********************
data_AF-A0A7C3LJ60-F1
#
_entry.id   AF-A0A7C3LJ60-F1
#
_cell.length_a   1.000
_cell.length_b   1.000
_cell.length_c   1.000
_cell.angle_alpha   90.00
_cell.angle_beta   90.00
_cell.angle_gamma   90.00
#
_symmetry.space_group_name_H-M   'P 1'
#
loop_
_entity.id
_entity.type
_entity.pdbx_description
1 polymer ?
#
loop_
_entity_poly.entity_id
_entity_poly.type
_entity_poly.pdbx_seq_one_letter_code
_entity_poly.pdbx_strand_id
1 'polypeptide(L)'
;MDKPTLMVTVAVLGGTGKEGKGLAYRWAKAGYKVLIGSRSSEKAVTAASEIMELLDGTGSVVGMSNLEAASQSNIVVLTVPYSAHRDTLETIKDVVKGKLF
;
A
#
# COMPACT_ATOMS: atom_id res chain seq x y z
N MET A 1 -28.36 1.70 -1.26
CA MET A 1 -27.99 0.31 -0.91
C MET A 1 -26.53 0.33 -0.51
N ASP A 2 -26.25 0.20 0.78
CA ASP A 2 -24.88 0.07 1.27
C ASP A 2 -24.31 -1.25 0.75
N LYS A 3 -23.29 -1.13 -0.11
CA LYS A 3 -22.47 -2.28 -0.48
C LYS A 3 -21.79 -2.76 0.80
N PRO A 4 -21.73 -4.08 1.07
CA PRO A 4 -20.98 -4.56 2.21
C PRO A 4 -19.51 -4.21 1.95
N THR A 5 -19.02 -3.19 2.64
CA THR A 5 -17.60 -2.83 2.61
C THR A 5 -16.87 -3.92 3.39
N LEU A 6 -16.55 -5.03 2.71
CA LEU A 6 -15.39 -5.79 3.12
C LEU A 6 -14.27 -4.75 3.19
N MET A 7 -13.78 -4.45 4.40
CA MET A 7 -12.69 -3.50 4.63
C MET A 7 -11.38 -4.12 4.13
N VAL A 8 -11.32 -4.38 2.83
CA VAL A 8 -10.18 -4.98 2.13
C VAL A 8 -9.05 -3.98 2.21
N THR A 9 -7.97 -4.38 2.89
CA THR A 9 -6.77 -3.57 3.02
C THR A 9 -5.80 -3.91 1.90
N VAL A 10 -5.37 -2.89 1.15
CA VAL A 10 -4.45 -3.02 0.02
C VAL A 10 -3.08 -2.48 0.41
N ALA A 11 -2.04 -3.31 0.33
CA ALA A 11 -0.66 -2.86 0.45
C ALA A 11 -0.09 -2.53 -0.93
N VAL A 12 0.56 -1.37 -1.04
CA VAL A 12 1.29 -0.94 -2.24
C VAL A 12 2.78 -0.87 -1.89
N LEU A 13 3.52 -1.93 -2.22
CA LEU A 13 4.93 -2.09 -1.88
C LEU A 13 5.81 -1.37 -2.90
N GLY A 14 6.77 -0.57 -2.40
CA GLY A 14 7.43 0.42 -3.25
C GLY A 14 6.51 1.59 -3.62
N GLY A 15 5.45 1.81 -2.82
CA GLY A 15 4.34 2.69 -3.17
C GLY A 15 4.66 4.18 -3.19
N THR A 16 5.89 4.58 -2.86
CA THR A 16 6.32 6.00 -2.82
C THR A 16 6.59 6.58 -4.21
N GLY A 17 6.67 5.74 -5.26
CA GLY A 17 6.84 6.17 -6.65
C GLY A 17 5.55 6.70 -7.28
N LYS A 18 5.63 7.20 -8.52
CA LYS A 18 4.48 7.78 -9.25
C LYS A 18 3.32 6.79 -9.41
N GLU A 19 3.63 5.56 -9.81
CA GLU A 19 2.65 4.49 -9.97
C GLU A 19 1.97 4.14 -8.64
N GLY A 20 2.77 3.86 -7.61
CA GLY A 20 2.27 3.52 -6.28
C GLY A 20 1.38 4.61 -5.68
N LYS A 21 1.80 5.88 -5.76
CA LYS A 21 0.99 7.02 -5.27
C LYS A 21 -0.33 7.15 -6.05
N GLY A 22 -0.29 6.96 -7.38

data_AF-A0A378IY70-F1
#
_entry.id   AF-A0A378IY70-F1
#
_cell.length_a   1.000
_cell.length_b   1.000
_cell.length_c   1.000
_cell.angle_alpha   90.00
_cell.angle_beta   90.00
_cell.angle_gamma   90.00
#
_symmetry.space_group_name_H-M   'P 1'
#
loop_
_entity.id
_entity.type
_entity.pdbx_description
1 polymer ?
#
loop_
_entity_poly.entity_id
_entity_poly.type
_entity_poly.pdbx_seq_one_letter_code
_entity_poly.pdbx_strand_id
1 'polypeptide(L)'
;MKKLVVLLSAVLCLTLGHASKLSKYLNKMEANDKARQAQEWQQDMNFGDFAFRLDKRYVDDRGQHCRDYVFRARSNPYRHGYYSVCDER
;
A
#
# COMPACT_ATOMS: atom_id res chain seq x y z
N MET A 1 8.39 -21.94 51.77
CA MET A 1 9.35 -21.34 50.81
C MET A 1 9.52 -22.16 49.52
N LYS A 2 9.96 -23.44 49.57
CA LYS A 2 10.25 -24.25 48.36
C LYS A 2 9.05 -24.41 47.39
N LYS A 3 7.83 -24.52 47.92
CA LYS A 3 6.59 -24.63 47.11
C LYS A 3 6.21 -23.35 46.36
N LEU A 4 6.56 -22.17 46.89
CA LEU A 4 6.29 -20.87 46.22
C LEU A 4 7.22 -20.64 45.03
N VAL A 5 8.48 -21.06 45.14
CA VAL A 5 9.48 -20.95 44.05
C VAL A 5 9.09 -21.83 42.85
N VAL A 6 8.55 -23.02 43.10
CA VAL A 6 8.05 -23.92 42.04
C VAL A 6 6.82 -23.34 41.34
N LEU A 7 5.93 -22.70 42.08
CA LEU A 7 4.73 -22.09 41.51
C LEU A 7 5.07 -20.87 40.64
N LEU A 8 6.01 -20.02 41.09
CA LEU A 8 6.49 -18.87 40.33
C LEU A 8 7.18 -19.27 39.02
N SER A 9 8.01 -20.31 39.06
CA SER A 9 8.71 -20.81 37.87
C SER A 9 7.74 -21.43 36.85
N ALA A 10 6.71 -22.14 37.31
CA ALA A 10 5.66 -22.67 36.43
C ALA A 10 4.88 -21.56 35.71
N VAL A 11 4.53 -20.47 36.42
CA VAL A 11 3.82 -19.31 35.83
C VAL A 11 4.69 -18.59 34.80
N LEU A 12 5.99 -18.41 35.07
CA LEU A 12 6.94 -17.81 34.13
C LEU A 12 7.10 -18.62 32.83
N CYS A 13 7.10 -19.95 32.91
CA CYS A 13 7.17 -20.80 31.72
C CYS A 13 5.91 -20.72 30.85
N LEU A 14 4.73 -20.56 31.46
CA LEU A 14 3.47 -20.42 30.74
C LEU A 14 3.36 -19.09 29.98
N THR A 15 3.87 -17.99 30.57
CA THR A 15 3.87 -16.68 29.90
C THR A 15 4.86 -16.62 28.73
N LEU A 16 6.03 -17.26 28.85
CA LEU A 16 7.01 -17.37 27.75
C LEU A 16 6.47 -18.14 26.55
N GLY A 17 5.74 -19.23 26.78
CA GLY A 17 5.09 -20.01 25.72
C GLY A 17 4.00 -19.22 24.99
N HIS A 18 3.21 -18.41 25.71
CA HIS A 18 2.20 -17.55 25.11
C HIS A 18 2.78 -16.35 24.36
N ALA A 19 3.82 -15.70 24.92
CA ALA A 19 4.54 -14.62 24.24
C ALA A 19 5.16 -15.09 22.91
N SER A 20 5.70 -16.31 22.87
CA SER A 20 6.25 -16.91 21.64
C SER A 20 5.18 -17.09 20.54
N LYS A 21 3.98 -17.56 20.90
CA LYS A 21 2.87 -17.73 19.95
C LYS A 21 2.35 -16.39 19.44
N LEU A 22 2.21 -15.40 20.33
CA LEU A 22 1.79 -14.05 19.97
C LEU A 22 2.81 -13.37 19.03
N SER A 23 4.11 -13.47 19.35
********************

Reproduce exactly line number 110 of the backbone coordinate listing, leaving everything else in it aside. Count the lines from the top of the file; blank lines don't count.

_entity.type